I don't recall exactly when it happened, but I do remember how --
one evening our coach had us swim sets of sprints,
each twenty-five yards in length, eight times.
I'm neither the strongest nor the fastest swimmer in
our group, but those sprints set a fire inside me that does
not go out. I look forward to them, and I look for them on
our workout schedule; I've gone from dutifully showing up for
our sessions and trying to accomplish the tasks assigned
to me, to working a tiny bit harder each time.
I've joked that if our coach were to show up at my door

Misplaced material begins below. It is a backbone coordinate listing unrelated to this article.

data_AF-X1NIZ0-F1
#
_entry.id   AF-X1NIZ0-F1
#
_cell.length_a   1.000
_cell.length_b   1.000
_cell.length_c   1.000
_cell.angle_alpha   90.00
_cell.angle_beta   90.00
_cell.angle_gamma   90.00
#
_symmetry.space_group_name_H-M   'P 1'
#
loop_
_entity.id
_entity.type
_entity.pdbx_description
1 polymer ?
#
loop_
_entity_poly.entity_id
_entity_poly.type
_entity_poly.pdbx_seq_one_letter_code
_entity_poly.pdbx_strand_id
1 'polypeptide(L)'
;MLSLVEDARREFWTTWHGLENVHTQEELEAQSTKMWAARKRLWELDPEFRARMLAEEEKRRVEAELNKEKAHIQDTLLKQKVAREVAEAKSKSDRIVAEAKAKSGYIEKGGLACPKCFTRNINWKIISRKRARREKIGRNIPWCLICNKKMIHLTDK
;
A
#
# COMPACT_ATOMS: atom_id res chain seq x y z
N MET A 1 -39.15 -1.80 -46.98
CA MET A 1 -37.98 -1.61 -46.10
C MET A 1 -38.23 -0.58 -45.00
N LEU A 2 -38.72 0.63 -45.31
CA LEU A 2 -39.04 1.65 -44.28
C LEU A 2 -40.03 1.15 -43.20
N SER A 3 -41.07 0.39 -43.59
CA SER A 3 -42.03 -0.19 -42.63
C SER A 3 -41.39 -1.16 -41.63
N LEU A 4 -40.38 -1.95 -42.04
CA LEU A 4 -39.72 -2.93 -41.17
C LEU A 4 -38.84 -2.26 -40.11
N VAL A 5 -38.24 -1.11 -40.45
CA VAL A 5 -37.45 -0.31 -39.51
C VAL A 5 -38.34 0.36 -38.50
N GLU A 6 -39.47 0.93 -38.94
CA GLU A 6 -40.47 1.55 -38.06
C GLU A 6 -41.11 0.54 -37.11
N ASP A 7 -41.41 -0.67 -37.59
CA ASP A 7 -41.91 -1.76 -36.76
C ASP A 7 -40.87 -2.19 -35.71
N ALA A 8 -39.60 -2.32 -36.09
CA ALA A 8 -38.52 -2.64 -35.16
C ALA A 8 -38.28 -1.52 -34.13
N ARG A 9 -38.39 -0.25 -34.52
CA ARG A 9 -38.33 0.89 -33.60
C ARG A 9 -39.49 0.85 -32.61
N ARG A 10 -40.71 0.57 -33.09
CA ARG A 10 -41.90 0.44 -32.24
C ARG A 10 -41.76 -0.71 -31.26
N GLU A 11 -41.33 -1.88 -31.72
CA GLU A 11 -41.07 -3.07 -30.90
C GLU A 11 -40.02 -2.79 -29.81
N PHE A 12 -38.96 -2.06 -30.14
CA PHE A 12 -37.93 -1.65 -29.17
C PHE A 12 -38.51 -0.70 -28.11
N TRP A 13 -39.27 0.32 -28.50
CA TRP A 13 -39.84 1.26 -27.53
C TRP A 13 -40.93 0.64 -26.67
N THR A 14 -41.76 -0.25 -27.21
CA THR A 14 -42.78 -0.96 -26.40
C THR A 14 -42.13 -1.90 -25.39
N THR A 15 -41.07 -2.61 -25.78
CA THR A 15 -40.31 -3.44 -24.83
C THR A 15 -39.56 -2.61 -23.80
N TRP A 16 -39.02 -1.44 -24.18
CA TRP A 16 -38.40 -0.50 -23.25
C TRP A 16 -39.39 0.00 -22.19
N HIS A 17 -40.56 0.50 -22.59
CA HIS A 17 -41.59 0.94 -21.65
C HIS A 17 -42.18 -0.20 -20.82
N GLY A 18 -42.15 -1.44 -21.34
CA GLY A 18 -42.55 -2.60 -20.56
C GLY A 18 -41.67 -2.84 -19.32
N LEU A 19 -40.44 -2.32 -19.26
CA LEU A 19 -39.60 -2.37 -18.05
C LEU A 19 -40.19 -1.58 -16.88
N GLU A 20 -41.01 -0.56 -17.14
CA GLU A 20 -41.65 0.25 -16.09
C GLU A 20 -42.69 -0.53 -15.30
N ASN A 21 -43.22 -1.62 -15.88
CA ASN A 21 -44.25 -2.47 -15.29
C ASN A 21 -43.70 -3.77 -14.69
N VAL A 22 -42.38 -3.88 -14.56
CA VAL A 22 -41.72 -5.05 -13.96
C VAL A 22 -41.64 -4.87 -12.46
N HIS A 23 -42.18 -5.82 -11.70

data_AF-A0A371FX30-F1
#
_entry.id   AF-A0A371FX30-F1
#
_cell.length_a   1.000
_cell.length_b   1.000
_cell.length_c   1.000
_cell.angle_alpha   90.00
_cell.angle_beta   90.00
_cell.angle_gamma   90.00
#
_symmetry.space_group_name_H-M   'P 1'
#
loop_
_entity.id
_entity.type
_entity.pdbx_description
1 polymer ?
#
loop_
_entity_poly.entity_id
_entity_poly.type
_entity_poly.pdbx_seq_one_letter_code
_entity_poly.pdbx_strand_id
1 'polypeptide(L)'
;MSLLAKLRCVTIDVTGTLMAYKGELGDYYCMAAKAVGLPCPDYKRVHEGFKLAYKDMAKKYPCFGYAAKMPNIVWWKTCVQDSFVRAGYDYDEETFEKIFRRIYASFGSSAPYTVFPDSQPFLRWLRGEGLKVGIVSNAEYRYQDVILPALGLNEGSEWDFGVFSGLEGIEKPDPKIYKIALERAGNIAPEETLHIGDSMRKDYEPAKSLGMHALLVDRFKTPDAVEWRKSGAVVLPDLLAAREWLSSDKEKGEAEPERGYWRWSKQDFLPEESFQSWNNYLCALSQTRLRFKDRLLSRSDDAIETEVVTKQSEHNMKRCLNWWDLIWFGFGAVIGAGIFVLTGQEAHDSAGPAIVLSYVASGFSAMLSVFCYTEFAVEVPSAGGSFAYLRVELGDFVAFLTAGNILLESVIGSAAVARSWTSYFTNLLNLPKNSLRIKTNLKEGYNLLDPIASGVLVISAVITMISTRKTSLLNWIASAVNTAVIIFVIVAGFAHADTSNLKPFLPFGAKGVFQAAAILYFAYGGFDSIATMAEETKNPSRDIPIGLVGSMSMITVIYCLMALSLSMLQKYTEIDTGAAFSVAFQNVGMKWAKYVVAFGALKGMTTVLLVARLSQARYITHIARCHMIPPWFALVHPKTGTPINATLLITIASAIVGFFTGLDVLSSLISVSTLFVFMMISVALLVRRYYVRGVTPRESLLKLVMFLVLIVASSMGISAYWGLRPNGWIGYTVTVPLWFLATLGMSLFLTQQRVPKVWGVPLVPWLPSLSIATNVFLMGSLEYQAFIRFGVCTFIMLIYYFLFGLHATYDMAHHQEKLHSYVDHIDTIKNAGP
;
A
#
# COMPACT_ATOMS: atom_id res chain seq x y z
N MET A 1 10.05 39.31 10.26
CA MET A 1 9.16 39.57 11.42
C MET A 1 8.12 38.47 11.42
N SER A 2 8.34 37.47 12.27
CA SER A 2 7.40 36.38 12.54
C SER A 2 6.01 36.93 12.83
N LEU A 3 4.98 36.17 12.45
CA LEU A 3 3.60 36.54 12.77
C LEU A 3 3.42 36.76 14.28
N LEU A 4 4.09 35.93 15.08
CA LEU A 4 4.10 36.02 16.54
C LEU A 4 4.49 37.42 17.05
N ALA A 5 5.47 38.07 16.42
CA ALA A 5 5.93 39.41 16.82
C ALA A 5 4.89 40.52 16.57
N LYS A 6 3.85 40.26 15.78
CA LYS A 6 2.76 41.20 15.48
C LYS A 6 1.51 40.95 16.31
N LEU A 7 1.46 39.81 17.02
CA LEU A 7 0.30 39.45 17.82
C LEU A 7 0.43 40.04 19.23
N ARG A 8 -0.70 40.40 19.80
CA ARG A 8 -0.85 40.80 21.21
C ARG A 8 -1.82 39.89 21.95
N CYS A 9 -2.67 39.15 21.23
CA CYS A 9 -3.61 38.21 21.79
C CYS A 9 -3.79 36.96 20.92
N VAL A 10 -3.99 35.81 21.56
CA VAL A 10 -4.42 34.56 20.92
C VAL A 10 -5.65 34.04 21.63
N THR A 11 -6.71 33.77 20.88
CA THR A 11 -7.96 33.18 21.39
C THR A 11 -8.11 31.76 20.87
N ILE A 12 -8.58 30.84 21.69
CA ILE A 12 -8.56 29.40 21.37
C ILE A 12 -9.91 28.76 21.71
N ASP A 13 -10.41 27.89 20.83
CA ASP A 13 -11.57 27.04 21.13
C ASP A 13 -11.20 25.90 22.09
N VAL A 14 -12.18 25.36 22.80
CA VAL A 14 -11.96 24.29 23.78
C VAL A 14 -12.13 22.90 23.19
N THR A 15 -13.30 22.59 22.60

at 3 a.m. to tell me I was to go swim the whole thing over,
I'd do it happily because I want to do it again. And again.
It feels good, it energizes me, it's good for me.
I've set a goal of what I want to accomplish, feeling as
though it is something I can really do, if I work hard.
For the past few weeks, I've gone early to watch
other people swim, making sketches and taking photos.
I look at the sparkle of the water as the swimmers
churn its surface into sequins and foam, and find it stimulating.
I am trying to find a way to record the moving bodies as
they pass before me, one that shows the flow of the water
as they move through it, yet at the same time gives the viewer
some sense of the human form. I want the realism of the magic I see,
of the way the scene makes me feel, but without
the mundane recording of a photograph.
Is it possible that I will ever be able to convey this scene,
to show the fire that water has set?